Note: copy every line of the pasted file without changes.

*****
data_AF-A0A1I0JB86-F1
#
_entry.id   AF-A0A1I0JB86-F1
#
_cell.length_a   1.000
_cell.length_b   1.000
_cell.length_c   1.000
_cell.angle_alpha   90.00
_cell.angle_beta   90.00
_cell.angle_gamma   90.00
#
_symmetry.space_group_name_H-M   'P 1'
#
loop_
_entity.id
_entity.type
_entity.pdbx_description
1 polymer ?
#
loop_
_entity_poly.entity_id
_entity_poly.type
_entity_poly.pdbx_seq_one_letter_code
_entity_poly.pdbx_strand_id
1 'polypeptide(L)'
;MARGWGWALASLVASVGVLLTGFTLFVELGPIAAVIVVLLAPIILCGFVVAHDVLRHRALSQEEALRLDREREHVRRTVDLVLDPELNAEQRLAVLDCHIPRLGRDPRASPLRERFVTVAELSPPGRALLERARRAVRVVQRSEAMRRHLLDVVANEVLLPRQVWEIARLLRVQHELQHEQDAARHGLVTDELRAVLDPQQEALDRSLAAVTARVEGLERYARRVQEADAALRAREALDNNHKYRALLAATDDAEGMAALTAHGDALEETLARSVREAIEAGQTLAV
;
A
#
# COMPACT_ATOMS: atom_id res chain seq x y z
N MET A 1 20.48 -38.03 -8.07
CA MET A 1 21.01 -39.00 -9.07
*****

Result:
data_AF-A0A1I0JB86-F1
#
_entry.id   AF-A0A1I0JB86-F1
#
_cell.length_a   1.000
_cell.length_b   1.000
_cell.length_c   1.000
_cell.angle_alpha   90.00
_cell.angle_beta   90.00
_cell.angle_gamma   90.00
#
_symmetry.space_group_name_H-M   'P 1'
#
loop_
_entity.id
_entity.type
_entity.pdbx_description
1 polymer ?
#
loop_
_entity_poly.entity_id
_entity_poly.type
_entity_poly.pdbx_seq_one_letter_code
_entity_poly.pdbx_strand_id
1 'polypeptide(L)'
;MARGWGWALASLVASVGVLLTGFTLFVELGPIAAVIVVLLAPIILCGFVVAHDVLRHRALSQEEALRLDREREHVRRTVDLVLDPELNAEQRLAVLDCHIPRLGRDPRASPLRERFVTVAELSPPGRALLERARRAVRVVQRSEAMRRHLLDVVANEVLLPRQVWEIARLLRVQHELQHEQDAARHGLVTDELRAVLDPQQEALDRSLAAVTARVEGLERYARRVQEADAALRAREALDNNHKYRALLAATDDAEGMAALTAHGDALEETLARSVREAIEAGQTLAV
;
A
#
# COMPACT_ATOMS: atom_id res chain seq x y z
N MET A 1 20.48 -38.03 -8.07
CA MET A 1 21.01 -39.00 -9.07